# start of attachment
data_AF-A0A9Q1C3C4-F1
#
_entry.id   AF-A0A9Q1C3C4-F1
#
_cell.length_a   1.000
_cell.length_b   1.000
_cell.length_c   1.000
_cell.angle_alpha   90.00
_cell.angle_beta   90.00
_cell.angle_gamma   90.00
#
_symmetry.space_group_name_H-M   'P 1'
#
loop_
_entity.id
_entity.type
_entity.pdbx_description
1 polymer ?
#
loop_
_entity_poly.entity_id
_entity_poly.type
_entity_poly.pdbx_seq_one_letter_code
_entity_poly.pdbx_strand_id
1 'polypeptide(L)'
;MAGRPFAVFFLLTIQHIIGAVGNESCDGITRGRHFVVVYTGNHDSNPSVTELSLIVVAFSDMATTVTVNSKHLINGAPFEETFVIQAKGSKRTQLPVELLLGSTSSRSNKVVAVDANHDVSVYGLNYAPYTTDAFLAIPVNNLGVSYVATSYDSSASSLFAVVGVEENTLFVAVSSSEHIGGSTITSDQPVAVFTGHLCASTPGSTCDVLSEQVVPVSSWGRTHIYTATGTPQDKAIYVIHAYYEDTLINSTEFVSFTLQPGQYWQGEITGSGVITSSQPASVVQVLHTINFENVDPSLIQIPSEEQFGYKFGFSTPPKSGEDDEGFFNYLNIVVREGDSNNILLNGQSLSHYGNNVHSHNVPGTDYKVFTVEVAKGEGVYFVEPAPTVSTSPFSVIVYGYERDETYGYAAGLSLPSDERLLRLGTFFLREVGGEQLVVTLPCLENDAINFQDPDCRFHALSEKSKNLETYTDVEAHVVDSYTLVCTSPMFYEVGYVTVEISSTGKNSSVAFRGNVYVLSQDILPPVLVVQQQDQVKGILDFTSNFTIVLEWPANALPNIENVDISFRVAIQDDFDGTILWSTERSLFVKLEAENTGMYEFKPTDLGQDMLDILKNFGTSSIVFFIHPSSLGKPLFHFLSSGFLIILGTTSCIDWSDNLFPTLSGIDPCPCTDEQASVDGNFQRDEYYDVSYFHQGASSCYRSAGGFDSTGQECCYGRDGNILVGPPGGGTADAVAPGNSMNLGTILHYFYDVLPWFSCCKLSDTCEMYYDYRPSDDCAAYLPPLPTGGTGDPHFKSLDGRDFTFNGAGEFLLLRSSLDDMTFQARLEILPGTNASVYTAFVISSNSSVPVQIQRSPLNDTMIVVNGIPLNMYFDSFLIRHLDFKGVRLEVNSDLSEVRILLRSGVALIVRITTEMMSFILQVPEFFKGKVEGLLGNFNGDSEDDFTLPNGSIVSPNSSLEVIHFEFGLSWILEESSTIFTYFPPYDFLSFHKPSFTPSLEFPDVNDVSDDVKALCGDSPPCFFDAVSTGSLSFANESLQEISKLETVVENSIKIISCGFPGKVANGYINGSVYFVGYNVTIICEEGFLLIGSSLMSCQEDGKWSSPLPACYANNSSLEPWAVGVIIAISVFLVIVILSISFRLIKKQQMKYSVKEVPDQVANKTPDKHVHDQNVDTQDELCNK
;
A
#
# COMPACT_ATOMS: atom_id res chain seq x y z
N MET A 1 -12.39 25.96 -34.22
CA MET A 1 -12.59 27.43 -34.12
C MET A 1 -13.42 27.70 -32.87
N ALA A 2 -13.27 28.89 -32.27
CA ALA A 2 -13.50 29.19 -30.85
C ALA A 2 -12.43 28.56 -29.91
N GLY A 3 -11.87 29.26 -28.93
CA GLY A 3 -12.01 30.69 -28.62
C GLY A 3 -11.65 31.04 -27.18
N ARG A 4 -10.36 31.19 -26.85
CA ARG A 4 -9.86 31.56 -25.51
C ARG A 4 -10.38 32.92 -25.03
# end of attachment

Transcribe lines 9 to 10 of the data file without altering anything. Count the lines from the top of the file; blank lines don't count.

_cell.angle_beta   90.00
_cell.angle_gamma   90.00